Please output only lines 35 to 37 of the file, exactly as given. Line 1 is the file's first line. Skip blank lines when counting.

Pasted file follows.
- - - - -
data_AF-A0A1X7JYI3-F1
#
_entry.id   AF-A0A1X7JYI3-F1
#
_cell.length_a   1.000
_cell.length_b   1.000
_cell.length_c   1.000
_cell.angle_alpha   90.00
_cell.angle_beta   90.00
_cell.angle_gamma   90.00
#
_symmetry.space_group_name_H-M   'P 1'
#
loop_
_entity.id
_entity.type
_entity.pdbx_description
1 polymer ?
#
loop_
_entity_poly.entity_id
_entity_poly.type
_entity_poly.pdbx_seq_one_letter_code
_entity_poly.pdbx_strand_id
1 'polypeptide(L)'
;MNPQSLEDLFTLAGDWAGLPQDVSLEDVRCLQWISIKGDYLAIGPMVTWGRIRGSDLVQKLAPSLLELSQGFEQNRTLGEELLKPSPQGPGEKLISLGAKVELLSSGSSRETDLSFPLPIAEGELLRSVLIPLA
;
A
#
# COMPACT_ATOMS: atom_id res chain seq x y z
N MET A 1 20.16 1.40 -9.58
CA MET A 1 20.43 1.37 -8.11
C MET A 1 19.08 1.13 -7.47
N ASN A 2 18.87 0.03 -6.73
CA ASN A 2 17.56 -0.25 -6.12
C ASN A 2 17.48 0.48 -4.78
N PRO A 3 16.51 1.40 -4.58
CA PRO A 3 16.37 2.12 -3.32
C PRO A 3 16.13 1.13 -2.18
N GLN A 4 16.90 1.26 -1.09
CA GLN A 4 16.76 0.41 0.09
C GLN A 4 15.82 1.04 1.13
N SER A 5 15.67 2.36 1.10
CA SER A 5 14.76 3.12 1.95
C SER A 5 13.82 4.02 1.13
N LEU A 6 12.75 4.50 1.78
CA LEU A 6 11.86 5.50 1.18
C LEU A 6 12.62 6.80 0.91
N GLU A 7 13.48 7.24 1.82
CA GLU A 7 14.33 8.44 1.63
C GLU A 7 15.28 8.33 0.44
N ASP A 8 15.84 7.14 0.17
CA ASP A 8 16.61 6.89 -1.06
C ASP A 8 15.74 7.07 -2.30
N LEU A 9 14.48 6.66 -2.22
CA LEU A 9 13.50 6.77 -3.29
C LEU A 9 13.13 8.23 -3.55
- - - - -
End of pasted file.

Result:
CA ASN A 2 17.56 -0.25 -6.12
C ASN A 2 17.48 0.48 -4.78
N PRO A 3 16.51 1.40 -4.58